For those with any lingering doubts, considered the results of four new academic surveys, revealing that, among other things:

  • innocent black people are about 12 times more likely to be convicted of drug crimes than innocent white people
  • police view young black criminal suspects as both older and more likely to be guilty of serious offenses than they do white or Latino suspects in identical circumstances
  • people in general judge black men as larger, stronger and more muscular than white men, even when they’re exactly the same size
  • motorists approaching mid-block crosswalks are less likely to yield for black pedestrians than white pedestrians

With liberty and justice for some. . .

The power of the state is no more evident than a confrontation with a person with a badge and a gun, followed by a run through the meat-grinder that is the criminal justice system for those unable to afford expensive lawyers and costly investigators.

And those unfortunates are all too often people of color.

One way to judge the relative impartiality of a system professing to administer itself without bias is in those found guilty and sentenced to prison or death who were subsequently exonerated and freed.

From Michigan State University:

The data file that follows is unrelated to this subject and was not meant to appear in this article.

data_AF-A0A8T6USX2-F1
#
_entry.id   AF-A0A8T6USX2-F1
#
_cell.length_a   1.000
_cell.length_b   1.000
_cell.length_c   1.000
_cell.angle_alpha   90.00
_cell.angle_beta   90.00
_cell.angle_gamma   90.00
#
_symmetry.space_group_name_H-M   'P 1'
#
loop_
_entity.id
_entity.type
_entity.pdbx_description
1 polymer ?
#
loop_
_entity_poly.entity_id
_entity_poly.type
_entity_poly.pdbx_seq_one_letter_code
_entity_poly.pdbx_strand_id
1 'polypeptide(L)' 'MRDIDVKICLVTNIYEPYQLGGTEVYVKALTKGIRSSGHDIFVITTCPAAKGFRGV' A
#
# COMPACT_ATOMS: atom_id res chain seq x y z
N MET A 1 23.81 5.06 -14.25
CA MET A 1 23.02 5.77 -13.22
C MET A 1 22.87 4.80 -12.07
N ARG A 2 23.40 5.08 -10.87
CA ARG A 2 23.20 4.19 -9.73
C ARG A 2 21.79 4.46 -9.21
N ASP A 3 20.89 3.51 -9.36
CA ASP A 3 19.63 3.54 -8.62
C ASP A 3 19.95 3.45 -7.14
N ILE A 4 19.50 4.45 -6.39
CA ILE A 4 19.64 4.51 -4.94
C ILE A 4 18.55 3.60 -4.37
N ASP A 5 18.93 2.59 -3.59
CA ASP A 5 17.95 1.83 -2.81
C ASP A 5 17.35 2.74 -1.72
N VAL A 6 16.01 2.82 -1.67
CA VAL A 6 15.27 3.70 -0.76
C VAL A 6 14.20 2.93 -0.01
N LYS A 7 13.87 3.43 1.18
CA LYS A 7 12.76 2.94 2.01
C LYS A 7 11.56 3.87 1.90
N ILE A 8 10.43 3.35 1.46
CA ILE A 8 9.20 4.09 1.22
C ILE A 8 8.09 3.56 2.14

African-American prisoners who were convicted of murder are about 50 percent more likely to be innocent than other convicted murderers and spend longer in prison before exoneration, according to a report recently released that’s co-edited by a Michigan State University College of Law professor.

“The vast majority of wrongful convictions are never discovered,” said MSU Law’s Barbara O’Brien, the author of a companion report, “Exonerations in 2016,” [open access] and editor of the National Registry of Exonerations. “There’s no doubt anymore that innocent people get convicted regularly—that’s beyond dispute. Increasingly, police, prosecutors and judges recognize this problem. But will we do enough to actually address it? That remains to be seen.”

“Exonerations in 2016” found a record number of exonerations for the third straight year and a record number of cases with official misconduct.

The National Registry of Exonerations is a joint project of the University of California Irvine Newkirk Center for Science and Society, University of Michigan Law School and Michigan State University College of Law. The registry provides detailed information about every known exoneration in the United States since 1989 – cases in which a person was wrongly convicted of a crime and later cleared of all the charges based on new evidence of innocence.

The 2016 data show convictions that led to murder exonerations with black defendants were more likely to involve misconduct by police officers than those with white defendants. On average, black murder exonerees waited three years longer in prison before release than whites.

Judging from exonerations, a black prisoner serving time for sexual assault is three-and-a-half times more likely to be innocent than a white person convicted of sexual assault. On average, innocent African-Americans convicted of sexual assault spent almost four-and-a-half years longer in prison before exoneration than innocent whites.

In addition, the report, officially titled, “Race and Wrongful Convictions in the United States” [open access], found innocent black people are about 12 times more likely to be convicted of drug crimes than innocent white people.